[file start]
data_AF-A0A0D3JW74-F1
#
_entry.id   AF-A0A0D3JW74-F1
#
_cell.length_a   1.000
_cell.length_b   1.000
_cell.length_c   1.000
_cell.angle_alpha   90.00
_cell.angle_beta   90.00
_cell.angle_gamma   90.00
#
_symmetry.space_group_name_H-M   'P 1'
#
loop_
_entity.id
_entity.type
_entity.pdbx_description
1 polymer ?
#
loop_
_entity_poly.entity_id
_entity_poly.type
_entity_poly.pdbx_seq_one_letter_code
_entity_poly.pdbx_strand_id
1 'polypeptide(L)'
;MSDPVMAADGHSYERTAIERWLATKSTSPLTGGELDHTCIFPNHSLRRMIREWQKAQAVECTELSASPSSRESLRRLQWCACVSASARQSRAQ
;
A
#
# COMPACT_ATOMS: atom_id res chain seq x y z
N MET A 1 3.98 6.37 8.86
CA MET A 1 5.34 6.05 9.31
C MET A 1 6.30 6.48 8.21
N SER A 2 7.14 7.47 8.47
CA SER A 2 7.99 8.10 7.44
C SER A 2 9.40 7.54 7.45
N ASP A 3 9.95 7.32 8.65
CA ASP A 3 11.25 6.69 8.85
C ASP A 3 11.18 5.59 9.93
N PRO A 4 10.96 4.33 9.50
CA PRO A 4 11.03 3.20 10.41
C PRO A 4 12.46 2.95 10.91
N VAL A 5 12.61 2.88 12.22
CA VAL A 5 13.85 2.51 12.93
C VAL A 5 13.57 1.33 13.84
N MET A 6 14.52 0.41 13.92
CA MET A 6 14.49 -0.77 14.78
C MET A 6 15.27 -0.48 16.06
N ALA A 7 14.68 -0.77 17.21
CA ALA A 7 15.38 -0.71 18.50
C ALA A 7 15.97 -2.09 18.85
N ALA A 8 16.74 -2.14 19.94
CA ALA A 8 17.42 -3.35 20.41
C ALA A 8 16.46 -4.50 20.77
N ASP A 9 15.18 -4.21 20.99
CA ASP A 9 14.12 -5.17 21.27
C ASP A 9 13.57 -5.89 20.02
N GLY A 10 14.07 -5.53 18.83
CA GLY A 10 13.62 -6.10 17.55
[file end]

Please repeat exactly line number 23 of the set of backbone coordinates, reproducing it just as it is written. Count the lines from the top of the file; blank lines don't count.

_entity_poly.pdbx_seq_one_letter_code